Image from Twitter account of Matthew White of WhiteThorn Games (edited to fit)

Indie developers make case to PlayStation over store policies, tools and account management

A handful of indie developers and publishers have spoken out on Twitter against PlayStation about the support they receive from the PlayStation Store, particular in regards to the tools and promotions on offer. While none named the platform outright, they all made it very clear to whom they were referring. 

A handful of threads from respected indies was kicked off by Iain Garner of Neon Doctrine (best known for Steam hit Lost Castle). But he was quickly backed up by Mike Rose from No More Robots (Descenders amongst many) and then Matthew White of WhiteThorn Games (Calico and Lake). 

Garner said “Platform X gives developers no ability to manage their games. In order to get promotion you must jump through hoops, beg and plead for any level of promotion. And a blog is not as good as they think it is. If Platform X doesn’t like your game, no fanfare no feature no love.”

He added that wishlists made no difference, that the process of getting a game on the platform required an account manager, but that how to get one was obscure, and that even a launch discount required approval, and that approval is very limited. 

Mike Rose chipped in with a note of general support, saying: “There’s a thread going round today that lots of people are sharing. The reason you don’t see more threads like it, is because devs are too worried to say it publicly. But trust me when I say that the vast majority of devs are reading that thread, and nodding their heads violently.” 

And then Matthew White added his considerable bit to the discussion, opening with: “I’m gonna unfortunately throw my hat in here as well.  We **love** our Platform X friends, and I’m former Platform X employee myself, but we cannot move the needle on the platform.  Less than 3% of sales as a company are on PX.” 

White spent over a year at PlayStation as a Senior Data Analyst, so he is well positioned to make comment on the platform. 

“PX is our worst performing platform, worse than other well-known plumber or supersoldier related video game systems, and also worse than DRM-free sales platforms like Itch, etc.  Last month we made more on Google Admob. Marketing, analytics, CPM, etc. tools are nonexistent.”

“Average email responses are in months, not days or weeks.  We have no visibility or communication with what is happening at PX. It took us more than eight months to get kits for PXs hardware, despite having numerous confirmed IPs on the title.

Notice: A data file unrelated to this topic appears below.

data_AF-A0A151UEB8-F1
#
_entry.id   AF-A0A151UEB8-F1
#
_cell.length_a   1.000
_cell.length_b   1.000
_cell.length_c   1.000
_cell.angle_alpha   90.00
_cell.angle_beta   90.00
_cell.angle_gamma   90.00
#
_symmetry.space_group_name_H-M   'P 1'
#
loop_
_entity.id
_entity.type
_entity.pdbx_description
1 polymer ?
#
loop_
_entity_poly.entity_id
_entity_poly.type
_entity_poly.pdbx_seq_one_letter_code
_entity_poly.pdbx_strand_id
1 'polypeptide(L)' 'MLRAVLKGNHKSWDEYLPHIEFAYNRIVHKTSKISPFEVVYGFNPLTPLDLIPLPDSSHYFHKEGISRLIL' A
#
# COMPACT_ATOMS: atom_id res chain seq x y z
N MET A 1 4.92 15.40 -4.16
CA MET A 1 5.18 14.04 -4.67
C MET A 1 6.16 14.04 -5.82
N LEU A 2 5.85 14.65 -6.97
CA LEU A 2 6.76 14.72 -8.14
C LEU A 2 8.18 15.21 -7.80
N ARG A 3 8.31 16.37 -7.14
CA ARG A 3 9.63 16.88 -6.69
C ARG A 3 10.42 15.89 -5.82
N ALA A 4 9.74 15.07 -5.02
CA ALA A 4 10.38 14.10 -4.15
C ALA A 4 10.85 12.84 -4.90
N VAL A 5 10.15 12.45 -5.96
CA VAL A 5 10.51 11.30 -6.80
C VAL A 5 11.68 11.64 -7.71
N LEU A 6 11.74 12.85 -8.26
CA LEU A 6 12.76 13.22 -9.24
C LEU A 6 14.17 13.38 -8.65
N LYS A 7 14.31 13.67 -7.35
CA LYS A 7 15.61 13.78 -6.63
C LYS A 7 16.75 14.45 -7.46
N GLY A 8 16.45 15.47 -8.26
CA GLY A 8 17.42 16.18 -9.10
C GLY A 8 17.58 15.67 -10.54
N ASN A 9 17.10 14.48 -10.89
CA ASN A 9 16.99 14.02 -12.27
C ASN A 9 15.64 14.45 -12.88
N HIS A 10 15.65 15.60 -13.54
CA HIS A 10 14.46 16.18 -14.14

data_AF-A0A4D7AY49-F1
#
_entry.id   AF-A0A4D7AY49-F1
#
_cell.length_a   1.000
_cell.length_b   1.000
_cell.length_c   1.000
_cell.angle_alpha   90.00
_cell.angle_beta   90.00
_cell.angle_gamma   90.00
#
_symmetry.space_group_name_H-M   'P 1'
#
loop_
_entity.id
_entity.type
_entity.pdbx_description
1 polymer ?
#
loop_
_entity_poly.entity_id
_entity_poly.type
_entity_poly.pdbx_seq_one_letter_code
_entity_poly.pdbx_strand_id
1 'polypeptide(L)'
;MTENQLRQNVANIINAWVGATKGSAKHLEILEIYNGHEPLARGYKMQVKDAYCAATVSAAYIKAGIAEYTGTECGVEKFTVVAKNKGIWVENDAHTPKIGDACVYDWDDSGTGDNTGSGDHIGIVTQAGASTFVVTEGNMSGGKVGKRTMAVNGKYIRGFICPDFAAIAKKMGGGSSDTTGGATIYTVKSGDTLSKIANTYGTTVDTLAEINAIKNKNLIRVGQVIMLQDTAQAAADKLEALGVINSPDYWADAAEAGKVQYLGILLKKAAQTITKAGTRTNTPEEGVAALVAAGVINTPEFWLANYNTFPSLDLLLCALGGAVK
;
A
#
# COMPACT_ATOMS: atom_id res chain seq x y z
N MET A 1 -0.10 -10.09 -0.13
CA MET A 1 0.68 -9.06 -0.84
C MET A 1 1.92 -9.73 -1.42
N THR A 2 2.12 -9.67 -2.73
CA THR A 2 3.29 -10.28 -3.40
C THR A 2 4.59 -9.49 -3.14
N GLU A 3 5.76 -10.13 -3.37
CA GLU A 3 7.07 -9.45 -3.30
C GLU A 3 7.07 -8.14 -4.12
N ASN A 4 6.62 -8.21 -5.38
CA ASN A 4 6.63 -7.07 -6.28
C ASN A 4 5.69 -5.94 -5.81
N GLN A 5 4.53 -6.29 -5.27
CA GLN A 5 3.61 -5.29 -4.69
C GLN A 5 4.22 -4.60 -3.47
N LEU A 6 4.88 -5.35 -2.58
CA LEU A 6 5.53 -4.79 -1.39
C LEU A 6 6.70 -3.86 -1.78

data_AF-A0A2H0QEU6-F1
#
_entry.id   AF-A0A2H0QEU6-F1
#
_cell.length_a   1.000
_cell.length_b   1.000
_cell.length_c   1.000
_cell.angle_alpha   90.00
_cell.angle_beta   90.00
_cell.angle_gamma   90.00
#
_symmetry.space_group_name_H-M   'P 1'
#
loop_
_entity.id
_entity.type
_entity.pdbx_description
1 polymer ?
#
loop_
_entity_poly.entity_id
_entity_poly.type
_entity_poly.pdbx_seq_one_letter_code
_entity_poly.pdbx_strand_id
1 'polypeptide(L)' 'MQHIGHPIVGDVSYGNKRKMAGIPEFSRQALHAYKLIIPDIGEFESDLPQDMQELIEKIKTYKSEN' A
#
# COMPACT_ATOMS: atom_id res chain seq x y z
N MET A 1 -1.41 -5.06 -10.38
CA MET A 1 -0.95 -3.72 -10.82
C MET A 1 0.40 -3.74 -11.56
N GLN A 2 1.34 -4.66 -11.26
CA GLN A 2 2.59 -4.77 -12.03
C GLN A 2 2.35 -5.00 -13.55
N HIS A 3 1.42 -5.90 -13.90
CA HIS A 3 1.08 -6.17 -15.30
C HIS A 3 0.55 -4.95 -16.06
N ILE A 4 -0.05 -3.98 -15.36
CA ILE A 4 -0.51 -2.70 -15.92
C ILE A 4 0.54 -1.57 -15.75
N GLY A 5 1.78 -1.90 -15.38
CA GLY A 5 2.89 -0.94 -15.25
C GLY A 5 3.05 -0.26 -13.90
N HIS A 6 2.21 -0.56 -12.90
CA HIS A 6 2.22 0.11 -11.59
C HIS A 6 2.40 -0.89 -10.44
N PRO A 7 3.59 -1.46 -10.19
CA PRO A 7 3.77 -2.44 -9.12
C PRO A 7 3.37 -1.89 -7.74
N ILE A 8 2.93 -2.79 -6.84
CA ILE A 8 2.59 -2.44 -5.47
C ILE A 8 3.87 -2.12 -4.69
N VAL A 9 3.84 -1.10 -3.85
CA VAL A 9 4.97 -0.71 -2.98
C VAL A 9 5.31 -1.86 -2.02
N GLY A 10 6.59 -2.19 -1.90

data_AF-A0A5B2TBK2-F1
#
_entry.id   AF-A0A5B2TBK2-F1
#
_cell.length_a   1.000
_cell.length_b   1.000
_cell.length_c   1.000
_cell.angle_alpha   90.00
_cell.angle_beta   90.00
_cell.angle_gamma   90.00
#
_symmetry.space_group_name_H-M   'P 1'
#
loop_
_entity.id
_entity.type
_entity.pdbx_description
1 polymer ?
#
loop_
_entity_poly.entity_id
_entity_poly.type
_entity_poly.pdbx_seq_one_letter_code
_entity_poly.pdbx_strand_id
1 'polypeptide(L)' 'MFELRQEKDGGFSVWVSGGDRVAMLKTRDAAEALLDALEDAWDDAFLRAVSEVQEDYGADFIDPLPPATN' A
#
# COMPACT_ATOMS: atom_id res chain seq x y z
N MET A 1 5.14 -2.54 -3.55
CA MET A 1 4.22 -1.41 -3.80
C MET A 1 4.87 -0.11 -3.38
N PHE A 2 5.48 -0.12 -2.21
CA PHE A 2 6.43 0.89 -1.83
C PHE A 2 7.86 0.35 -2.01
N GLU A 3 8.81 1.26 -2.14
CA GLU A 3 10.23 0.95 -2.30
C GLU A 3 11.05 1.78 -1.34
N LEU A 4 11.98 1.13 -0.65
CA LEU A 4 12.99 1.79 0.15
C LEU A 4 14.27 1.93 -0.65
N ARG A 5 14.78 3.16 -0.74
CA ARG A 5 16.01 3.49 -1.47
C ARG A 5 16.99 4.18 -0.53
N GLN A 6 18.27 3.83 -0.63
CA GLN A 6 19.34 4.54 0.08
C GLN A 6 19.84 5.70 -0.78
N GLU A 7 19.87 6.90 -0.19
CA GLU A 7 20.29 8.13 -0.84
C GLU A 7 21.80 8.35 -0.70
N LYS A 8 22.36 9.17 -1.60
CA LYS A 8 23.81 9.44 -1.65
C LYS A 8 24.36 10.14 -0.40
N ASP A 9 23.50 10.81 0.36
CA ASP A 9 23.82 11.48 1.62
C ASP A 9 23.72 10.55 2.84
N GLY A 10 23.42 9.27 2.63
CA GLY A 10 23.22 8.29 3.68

“We have a full time employee who spends more than half of his time digging through sales reports for PX, as they are sent in excel-driven invoices that require manual invoicing like it’s 1928. There is internal chaos with messages coming from random teams at random times.

“We’re a company with about 19 full time, 10 part time employees, and I’m honestly not sure life to date we’ve made more on this platform than they’re asking us to pay out of pocket for featuring. We regularly have to ‘go over’ our AM directly to corporate to get anything done.

“It’s impossible to plan launch support, vouchers for Kickstarter backers take months to generate, nobody will answer support emails.  We get no store ops opportunities, PS5 featuring and placement is a giant mystery. Our AM regularly says he’ll address them and just doesn’t.

He added “Wanna be super clear that I want all of you in the comments section to stop turning this into a console wars narrative. That’s absolutely NOT the intention of this tweet as we love all of our console partners. Rather, I want to see support for devs improve across the ecosystem!”

Hopefully all of this will create a positive reaction from Sony with regard to the way it manages smaller publishers and developers. It looks like the process needs a complete rework, and Sony has to either spend more to better manage indies who are seeing greater success on other platforms, or open things up and accept that it can’t fulfil the potential of smaller publishers without allowing some more shovelware onto the platform. 

 

About Seth Barton

Seth Barton is the editor of MCV – which covers every aspect of the industry: development, publishing, marketing and much more. Before that Seth toiled in games retail at Electronics Boutique, studied film at university, published console and PC games for the BBC, and spent many years working in tech journalism. Living in South East London, he divides his little free time between board games, video games, beer and family. You can find him tweeting @sethbarton1.

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